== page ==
With the upcoming benefit dinner a few months away, time! place! venue! and even a theme all squared away, Ama a member of the dozen member planning committee asks the question
“How much are the dinner tickets going to go for?”
The room goes quiet for a quick second as they scan the budget document in front of them and just then Tonye asks
“What is our biggest expense?”
In determining the cost of tickets for any event, a helpful starting point is to identify the biggest expense. This can serve as a base for tacking on additional expenses thereby helping to arrive at the cost of individual tickets.
Tonye’s question prompts Reuel, another chair on the committee to pass around copies of the caterer’s proposal. This includes a cost breakdown of the menu items including the applicable state taxes and surcharge(s).
$5000 for 100 guests.
With the price per person in parentheses, the rest of the budget comprises:
Drinks – $500 ($5).
Décor – $500 ($5).
Entertainment (DJ and Dance Group) – $300 ($3).
Photographer – $200 ($2).
Liability Insurance – $1000 ($10).
Printed Programs and Recognition Awards – $500 ($5).
Swag Bag (Gifts) – $500 ($5).
The catering expense is the biggest expense at $50 per person ($5000 divided by 100 guests). By tacking on the cost per person for the additional items we arrive at the total cost per person.
Total expense per person = $75.
With $75 as a base cost, bearing in mind the objective is to raise funds, the committee settles on a dinner ticket of $100 per person. The additional $25 inures to the benefit of the fundraising pot. This additional amount could also qualify as a tax deductible charitable contribution.
In addition to ticket sales, there are other ways of raising funds, one of them being through a raffle drawing. Here are a few basic pointers for conducting a successful raffle, which unlike a door prize drawing, requires a purchase of a raffle ticket that entitles the participant to a chance to win a prize.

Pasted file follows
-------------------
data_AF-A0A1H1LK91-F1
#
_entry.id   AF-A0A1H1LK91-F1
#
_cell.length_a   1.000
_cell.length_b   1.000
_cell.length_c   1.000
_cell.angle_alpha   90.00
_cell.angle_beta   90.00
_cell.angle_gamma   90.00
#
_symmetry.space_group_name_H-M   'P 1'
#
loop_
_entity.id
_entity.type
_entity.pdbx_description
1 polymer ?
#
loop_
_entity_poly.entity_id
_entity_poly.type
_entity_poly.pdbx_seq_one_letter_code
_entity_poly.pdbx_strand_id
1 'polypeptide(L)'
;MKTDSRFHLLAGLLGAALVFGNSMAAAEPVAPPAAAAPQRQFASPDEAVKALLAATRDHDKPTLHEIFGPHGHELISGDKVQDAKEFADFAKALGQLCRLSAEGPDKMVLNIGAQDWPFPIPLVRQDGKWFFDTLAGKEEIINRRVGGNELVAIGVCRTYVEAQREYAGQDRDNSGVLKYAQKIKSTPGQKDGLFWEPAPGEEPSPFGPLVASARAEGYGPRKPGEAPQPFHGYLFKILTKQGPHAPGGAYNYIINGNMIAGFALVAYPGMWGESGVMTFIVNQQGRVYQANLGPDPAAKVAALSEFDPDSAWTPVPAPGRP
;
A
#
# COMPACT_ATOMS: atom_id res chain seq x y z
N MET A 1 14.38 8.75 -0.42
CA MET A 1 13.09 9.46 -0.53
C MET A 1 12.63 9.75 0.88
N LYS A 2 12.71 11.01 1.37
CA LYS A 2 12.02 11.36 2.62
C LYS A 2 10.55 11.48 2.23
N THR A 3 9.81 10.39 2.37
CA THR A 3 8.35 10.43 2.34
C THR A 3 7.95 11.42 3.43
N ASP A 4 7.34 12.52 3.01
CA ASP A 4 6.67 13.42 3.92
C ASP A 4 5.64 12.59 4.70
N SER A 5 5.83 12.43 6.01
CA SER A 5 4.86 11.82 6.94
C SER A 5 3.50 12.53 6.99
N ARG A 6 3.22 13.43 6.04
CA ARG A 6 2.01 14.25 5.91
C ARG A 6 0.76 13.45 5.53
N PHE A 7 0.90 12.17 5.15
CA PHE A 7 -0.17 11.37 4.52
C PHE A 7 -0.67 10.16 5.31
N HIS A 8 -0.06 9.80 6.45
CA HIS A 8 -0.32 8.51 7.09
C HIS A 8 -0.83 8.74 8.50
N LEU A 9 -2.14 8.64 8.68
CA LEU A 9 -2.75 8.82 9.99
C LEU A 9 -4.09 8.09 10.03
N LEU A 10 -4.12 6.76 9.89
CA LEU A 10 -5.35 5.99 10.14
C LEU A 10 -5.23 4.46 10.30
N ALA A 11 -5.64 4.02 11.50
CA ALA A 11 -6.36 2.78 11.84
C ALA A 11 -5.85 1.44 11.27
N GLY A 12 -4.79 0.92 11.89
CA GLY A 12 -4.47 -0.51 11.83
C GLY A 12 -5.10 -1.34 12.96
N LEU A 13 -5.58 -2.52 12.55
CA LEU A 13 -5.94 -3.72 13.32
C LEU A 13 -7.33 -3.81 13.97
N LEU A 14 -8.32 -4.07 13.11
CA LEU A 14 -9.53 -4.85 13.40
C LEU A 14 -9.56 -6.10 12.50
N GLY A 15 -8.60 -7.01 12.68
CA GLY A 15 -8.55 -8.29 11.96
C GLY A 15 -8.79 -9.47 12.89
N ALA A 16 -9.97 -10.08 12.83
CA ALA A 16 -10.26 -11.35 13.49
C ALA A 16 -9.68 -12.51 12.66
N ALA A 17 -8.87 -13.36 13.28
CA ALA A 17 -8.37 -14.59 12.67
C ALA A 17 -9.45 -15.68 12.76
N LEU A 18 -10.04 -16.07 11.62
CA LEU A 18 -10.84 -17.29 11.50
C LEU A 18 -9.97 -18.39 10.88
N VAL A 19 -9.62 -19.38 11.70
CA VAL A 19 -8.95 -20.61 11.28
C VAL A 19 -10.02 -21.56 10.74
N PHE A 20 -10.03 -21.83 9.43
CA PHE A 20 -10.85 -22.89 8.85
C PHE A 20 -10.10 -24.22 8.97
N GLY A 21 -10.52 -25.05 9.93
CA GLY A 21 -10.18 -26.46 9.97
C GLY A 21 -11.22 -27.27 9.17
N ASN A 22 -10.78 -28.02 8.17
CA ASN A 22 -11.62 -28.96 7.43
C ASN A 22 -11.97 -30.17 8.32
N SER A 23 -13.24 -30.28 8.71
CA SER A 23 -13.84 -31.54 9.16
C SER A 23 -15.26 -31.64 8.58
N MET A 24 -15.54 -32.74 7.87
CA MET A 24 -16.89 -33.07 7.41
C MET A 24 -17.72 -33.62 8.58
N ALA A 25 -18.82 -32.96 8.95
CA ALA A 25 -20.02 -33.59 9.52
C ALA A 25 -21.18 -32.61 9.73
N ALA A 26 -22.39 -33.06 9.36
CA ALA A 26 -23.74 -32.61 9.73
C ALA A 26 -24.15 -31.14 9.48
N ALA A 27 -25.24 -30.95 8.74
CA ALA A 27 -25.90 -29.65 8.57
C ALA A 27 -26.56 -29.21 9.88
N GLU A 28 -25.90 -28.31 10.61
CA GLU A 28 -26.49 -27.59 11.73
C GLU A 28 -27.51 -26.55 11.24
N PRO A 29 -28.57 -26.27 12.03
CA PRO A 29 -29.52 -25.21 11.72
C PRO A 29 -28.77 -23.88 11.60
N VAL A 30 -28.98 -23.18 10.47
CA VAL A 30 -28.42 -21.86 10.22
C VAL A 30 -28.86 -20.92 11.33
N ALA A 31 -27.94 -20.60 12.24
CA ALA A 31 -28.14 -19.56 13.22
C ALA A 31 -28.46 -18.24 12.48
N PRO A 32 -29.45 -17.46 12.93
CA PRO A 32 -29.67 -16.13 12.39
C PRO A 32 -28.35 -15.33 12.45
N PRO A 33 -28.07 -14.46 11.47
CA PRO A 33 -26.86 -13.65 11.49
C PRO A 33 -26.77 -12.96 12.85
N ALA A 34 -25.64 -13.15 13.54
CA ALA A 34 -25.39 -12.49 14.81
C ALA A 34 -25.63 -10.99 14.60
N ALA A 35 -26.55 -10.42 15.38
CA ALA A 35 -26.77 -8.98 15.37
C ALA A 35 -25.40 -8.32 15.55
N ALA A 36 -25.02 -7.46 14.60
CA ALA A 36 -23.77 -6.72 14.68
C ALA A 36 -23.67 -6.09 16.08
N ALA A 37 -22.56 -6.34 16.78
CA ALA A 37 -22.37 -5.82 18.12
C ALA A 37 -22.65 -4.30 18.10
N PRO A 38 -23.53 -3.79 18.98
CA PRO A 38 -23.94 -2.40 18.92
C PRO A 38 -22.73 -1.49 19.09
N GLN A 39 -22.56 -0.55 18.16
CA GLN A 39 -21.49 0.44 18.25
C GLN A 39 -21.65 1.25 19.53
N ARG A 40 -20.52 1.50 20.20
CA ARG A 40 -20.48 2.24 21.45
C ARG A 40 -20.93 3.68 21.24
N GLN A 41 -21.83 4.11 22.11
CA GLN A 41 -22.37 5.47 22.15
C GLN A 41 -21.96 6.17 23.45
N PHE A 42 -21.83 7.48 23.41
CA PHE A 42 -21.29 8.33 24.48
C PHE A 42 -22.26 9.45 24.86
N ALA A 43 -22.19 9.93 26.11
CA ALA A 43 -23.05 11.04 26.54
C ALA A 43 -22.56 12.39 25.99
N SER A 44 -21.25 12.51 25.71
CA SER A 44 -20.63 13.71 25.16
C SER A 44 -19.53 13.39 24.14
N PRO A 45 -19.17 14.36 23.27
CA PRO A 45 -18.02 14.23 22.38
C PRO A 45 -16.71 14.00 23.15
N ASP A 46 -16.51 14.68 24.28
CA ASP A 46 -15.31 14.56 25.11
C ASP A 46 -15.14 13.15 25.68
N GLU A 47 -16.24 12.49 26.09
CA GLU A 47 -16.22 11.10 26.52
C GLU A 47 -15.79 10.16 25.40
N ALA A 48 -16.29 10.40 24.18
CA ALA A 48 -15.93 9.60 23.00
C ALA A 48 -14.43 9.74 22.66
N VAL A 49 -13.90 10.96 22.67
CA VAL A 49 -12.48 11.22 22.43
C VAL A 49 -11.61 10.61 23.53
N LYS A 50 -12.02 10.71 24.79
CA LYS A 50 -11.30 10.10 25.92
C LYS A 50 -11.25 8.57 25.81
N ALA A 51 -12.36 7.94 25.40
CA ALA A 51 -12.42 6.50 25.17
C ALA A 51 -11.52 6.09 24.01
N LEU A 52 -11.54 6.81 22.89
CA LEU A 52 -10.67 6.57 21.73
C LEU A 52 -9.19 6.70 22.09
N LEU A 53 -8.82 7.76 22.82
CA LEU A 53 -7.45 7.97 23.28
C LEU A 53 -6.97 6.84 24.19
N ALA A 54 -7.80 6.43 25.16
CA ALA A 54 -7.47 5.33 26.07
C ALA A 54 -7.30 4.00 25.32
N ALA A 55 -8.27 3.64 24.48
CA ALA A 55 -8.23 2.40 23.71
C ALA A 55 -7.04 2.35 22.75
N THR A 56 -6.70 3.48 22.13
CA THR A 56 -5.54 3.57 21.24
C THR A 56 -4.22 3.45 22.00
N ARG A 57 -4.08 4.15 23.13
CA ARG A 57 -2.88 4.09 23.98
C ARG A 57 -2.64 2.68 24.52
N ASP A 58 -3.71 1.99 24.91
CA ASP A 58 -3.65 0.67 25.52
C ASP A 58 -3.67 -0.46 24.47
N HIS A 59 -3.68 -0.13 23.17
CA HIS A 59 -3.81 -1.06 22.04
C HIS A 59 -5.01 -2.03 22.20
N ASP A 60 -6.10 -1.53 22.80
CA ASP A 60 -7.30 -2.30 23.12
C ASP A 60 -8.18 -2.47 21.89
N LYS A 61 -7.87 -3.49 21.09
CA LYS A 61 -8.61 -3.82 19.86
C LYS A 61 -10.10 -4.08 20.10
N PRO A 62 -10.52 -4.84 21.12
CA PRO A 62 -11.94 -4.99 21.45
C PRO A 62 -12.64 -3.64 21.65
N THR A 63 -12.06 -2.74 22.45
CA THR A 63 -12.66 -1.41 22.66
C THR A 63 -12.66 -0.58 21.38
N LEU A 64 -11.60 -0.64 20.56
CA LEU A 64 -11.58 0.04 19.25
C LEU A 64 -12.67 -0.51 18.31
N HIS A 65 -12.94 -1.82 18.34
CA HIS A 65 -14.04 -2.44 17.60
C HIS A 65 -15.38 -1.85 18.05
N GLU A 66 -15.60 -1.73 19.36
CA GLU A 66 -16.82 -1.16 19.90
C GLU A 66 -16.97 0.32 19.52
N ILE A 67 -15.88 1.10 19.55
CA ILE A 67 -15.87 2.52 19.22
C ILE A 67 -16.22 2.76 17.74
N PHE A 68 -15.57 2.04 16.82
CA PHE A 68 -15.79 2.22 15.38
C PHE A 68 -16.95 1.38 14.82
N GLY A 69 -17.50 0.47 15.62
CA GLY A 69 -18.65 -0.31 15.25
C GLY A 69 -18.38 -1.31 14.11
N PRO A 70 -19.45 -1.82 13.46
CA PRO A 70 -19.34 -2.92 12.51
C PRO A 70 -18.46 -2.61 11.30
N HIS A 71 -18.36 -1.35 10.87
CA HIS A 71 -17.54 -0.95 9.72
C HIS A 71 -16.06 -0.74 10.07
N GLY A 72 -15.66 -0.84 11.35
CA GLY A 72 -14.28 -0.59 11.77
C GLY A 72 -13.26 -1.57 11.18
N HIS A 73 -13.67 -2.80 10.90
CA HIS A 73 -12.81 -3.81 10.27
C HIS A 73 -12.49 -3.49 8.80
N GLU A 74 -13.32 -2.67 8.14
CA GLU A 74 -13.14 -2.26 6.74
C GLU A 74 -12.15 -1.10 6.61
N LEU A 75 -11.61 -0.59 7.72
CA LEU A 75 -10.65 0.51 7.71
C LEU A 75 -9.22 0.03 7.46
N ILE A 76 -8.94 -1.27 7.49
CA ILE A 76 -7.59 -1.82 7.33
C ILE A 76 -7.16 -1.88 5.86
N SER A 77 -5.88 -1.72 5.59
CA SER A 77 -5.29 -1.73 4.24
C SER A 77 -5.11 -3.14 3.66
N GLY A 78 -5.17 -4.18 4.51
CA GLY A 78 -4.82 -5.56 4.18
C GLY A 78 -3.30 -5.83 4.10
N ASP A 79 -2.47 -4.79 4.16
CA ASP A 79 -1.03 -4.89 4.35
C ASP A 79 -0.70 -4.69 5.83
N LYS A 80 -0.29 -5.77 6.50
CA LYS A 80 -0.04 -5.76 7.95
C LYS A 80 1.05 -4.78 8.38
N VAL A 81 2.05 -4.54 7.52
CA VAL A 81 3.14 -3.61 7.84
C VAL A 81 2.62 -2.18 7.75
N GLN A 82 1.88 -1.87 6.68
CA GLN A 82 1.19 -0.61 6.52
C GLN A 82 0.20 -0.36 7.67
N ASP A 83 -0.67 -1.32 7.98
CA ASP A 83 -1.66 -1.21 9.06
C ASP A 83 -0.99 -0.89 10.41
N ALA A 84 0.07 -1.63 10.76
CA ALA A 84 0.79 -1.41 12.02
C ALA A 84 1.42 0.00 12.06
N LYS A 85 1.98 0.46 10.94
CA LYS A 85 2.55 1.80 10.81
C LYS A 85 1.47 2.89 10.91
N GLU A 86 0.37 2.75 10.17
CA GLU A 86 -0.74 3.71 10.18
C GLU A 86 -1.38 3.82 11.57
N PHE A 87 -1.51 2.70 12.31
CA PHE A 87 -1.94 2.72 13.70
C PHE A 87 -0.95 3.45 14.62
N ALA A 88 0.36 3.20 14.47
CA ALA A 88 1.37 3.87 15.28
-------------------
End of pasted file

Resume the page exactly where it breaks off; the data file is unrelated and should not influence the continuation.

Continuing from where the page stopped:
- All raffle items should be donated that way those savings on the items donated add to the pot of funds raised.
- Value of donated item – The amount paid to the winner should be $600 or less otherwise if it is more AND the payout is at least 300 times the price of the raffle ticket, a report needs to be filed with the internal revenue service.
- Holding the raffle towards the end of event gives guests more time to view and bid on items.
- Create nice displays where raffle items are visible to attendees as they walk in.
- Have a manual drawing by a person at least 18 years of age.
Remember it is not all about number crunching, it is also a festive occasion. With all the arrangements in place, make sure your guests have a fun filled night with opportunities to interact, dance, drink, eat and be merry. A memorable experience for your guests while raising money for a worthy cause is always a winner combination.